Etymology
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arraign (v.)
late 14c., araynen, "to call to account," also "to call up on a criminal charge," from Old French araisnier "speak to, address; accuse (in a law court)," from Vulgar Latin *arrationare, from Latin adrationare, from ad "to" (see ad-) + *rationare, from ratio "argumentation; reckoning, calculation" (from rat-, past participle stem of reri "to reckon, calculate," also "think" (from PIE root *re- "to reason, count"). The unetymological -g- is a 16c. overcorrection based on reign, etc. Related: Arraigned; arraigning.
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arraignment (n.)

mid-15c., from Old French araisnement, from araisnier(see arraign).

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*re- 

*rē-, Proto-Indo-European root meaning "to reason, count;" a variant of PIE root *ar-, also arə-, "to fit together." 

It forms all or part of: Alfred; arraign; arithmetic; Conrad; dread; Eldred; Ethelred; hatred; hundred; kindred; logarithm; Ralph; rate (n.) "estimated value or worth;" rathskeller; ratify; ratio; ration; read; reason; rede; rhyme; riddle (n.1) "word-game;" rite; ritual.

It is the hypothetical source of/evidence for its existence is provided by: Sanskrit radh- "to succeed, accomplish;" Greek arithmos "number, amount;" Latin reri "to consider, confirm, ratify," ritus "rite, religious custom;" Old Church Slavonic raditi "to take thought, attend to;" Old Irish im-radim "to deliberate, consider;" Old English rædan "to advise, counsel, persuade; read;" Old English, Old High German rim "number;" Old Irish rim "number," dorimu "I count."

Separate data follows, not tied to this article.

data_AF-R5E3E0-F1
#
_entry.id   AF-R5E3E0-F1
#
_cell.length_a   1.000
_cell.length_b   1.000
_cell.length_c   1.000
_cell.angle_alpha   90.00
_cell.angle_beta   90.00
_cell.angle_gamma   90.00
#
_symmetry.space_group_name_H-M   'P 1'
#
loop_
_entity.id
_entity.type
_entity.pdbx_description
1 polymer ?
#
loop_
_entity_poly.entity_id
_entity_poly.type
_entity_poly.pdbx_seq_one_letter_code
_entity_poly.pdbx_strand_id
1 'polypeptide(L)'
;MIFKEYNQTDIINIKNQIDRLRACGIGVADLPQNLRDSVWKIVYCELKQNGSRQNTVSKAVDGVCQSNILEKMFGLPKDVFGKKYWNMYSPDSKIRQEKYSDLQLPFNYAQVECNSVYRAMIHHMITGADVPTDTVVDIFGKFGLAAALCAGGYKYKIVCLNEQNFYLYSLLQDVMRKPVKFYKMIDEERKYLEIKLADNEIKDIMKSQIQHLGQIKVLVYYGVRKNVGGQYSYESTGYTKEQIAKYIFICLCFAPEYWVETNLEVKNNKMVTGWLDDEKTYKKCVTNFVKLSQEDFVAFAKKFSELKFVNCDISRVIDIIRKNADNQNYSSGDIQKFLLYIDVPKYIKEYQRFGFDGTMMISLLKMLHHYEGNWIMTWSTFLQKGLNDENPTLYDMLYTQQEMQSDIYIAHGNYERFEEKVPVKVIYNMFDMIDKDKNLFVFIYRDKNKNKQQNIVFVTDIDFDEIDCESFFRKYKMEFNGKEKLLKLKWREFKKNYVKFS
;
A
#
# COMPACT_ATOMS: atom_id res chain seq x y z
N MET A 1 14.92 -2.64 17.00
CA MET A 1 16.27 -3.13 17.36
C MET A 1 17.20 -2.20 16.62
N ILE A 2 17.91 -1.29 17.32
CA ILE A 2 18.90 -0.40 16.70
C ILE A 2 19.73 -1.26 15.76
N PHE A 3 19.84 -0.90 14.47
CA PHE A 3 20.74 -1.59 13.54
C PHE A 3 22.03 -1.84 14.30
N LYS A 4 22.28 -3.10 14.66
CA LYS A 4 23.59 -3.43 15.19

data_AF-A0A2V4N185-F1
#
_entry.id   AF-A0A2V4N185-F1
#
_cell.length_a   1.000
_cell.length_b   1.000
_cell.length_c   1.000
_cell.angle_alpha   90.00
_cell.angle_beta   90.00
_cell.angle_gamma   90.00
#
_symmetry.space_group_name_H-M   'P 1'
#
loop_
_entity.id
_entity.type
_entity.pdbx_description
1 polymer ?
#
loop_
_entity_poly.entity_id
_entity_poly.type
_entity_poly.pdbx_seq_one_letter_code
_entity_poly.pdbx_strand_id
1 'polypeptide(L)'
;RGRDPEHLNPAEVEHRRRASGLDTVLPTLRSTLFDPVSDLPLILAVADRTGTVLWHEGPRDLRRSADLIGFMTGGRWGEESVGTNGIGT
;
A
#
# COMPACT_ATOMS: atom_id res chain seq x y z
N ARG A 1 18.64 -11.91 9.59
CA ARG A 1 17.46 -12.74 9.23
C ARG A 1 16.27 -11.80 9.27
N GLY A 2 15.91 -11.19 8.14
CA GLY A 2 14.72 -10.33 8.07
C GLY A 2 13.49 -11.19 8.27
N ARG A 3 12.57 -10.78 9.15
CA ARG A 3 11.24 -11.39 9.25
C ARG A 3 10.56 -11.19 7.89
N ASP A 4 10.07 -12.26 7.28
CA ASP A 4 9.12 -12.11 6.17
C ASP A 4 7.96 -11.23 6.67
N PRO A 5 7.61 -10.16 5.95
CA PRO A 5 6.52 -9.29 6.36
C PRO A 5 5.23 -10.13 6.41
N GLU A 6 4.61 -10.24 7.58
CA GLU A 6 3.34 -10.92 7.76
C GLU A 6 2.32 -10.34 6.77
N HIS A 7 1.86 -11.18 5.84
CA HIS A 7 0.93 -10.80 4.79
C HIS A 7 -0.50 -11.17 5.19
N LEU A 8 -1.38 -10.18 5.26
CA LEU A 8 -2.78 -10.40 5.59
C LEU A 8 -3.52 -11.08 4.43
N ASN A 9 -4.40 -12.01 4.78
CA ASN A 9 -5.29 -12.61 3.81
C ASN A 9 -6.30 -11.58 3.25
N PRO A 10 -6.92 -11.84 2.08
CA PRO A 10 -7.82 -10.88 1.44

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accuse (v.)
c. 1300, "charge (with an offense, fault, error, etc.), impugn, blame," from Old French acuser "to accuse, indict, reproach, blame" (13c., Modern French accuser), earlier "announce, report, disclose" (12c.), or directly from Latin accusare "to call to account, make complaint against, reproach, blame; bring to trial, prosecute, arraign indict," from ad causa, from ad "with regard to" (see ad-) + causa "a cause; a lawsuit" (see cause (n.)). "Accuse commonly, though not invariably, expresses something more formal and grave than charge" [Century Dictionary, 1902]. Related: Accused; accusing; accusingly.
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